Undocumented migrants need basic benefits on their path to citizenship, proponents say

Border Report

SAN DIEGO (Border Report) — Democratic lawmakers plan on introducing legislation that would provide benchmarks for undocumented migrants to reach citizenship over the course of seven years.

More than 500 organizations, led by a steering committee called Protect Immigrant Families Coalition, are asking legislators to also provide more services and benefits to immigrants as they embark on a path toward citizenship.

“In addition to undermining testing and treatment, exclusionary policies now undermine COVID-19 vaccination efforts, prolonging the health and economic threat facing us all,” the committee wrote. “As you consider landmark legislation creating a path to citizenship for millions in immigrant families, we urge you to ensure that they are not denied life’s essentials while they walk that road.”

U.S. Sen. Bob Menendez, D-New Jersey, and U.S. Rep. Linda Sánchez, D-California, plan on introducing the legislation on Tuesday.

Initially, migrants who have paid taxes and have no criminal records will receive protective status, followed by a green card a few years later and ultimately, in seven years, U.S. citizenship.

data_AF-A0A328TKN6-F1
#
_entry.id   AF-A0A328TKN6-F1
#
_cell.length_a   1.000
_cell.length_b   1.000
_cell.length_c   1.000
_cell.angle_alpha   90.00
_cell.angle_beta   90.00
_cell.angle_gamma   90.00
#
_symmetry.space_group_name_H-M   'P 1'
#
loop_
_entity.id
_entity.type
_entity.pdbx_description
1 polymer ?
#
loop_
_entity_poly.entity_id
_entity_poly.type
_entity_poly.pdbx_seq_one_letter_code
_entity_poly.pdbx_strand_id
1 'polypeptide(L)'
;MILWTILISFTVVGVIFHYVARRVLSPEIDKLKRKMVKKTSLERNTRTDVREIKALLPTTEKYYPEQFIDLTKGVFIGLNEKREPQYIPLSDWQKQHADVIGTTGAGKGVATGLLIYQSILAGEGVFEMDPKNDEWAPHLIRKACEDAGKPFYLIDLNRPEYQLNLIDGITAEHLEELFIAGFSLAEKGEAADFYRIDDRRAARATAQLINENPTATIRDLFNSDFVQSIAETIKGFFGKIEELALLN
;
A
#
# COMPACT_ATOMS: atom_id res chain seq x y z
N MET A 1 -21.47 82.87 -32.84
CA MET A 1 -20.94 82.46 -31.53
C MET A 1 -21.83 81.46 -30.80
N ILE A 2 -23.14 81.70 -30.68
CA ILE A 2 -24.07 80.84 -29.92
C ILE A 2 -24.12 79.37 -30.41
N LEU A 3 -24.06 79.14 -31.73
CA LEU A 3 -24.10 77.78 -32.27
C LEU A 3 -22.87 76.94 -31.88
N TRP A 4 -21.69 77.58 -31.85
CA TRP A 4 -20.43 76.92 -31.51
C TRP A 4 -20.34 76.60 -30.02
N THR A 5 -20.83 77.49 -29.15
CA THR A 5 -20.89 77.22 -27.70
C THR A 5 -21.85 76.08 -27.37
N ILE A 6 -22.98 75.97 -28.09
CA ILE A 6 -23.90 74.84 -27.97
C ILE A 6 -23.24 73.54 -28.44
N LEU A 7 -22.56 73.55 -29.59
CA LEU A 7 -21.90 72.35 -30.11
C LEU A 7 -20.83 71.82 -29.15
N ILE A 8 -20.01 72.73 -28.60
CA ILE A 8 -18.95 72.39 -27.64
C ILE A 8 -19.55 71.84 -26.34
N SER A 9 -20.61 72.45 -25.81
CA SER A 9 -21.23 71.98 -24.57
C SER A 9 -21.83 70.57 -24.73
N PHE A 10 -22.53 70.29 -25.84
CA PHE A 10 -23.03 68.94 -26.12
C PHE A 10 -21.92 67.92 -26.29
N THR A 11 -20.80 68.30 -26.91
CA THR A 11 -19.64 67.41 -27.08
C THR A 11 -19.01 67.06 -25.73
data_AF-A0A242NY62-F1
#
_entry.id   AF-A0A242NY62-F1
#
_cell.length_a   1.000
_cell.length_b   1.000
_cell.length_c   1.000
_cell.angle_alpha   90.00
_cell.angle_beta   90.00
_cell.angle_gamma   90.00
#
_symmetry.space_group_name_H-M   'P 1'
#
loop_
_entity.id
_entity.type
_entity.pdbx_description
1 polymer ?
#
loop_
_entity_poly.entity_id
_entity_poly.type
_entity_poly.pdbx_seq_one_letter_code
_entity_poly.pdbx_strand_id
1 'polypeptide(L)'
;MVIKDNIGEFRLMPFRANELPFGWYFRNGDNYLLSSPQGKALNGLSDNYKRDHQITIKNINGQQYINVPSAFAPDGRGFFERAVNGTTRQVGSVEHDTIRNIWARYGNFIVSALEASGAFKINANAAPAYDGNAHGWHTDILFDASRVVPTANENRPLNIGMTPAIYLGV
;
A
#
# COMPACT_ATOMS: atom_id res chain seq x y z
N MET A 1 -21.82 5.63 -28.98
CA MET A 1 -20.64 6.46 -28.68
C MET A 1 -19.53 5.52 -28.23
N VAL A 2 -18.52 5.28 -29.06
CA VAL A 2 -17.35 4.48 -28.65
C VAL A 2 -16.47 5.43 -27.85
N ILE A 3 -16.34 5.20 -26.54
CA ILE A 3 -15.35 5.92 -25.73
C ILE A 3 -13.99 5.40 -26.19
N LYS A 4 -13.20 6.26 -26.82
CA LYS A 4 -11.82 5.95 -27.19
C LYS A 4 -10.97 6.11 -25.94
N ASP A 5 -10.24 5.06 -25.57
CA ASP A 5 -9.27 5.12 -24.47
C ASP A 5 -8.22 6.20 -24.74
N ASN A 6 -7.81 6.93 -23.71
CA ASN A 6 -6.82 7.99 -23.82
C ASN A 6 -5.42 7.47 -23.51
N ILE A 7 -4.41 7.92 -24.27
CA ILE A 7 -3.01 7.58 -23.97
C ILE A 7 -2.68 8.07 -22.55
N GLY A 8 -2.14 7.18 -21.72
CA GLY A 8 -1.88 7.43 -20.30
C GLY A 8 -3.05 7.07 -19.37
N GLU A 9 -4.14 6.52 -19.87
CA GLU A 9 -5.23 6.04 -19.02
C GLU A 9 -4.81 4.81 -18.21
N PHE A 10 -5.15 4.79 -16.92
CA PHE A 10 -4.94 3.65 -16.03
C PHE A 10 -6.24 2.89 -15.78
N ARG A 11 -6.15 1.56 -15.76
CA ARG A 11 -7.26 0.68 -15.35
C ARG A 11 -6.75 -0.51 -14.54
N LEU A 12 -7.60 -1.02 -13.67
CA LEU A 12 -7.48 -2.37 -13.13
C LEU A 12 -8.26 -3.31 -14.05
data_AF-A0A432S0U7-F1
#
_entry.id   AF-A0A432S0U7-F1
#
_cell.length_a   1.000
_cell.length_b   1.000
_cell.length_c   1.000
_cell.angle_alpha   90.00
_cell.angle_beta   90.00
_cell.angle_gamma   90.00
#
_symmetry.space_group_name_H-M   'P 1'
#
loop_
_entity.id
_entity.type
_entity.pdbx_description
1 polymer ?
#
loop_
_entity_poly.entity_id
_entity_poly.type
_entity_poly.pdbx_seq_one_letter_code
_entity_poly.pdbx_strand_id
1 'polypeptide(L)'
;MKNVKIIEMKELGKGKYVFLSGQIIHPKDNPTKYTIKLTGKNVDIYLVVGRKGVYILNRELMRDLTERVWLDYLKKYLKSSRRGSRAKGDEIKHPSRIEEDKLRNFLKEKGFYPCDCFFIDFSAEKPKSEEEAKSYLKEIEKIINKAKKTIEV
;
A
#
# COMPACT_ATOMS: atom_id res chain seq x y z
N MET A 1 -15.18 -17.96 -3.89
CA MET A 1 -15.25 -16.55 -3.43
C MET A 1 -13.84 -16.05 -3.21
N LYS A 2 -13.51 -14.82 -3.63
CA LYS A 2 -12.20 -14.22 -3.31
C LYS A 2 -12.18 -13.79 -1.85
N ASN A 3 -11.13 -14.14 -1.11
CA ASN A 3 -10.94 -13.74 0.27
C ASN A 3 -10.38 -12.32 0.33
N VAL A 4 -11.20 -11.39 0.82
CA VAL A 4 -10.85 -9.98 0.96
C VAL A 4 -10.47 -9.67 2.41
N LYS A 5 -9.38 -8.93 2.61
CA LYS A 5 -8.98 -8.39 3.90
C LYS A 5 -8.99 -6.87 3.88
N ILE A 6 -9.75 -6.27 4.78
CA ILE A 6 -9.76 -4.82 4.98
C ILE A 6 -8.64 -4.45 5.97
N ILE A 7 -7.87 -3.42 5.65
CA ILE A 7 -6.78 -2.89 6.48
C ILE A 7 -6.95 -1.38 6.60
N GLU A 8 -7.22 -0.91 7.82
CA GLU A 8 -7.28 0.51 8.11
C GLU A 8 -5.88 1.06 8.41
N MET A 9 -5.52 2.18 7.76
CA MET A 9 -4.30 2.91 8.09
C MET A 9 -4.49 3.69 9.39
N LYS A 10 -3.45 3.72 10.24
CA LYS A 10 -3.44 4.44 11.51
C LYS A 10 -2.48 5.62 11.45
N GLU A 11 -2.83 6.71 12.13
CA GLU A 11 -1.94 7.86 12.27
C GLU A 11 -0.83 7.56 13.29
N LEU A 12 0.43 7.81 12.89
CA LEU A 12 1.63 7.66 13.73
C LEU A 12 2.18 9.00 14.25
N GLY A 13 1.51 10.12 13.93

Cynthia Buiza is the Executive Director of the California Immigrant Policy Center.

“We applaud President Biden, Senator Menendez, and Congresswoman Sánchez for charting a new, better course,” said Cynthia Buiza, executive director of the California Immigrant Policy Center. “Establishing a pathway to citizenship not only recognizes the critical role immigrants have played in pandemic response, but it also begins to heal the wounds of division and racial exclusion.”

Buiza is also a proponent of giving migrants basic services such as health care and access to things such as COVID-19 vaccinations.

“While we are waiting for permanent solutions, we can make life more bearable for immigrants, making sure they are included,” she said. “Access to a broader safety net, which means access to food, housing, the basics — California has been good at this, what’s happening in California is what we would like to see nationwide in other states.”

Buiza believes Biden will succeed where previous administrations have failed.

“Bush couldn’t do it, Obama couldn’t do it … he has a chance with Congress and the Senate being Democrat,” Buiza said.

In 1987, President Ronald Reagan issued an executive order to legalize minor children of undocumented parents who were granted amnesty as immigration reform shaped up for millions of migrants in the United States.

It’s the last time the federal government created “a pathway to citizenship.” The Immigration Reform and Control Act, or IRCA, granted amnesty to millions of people.

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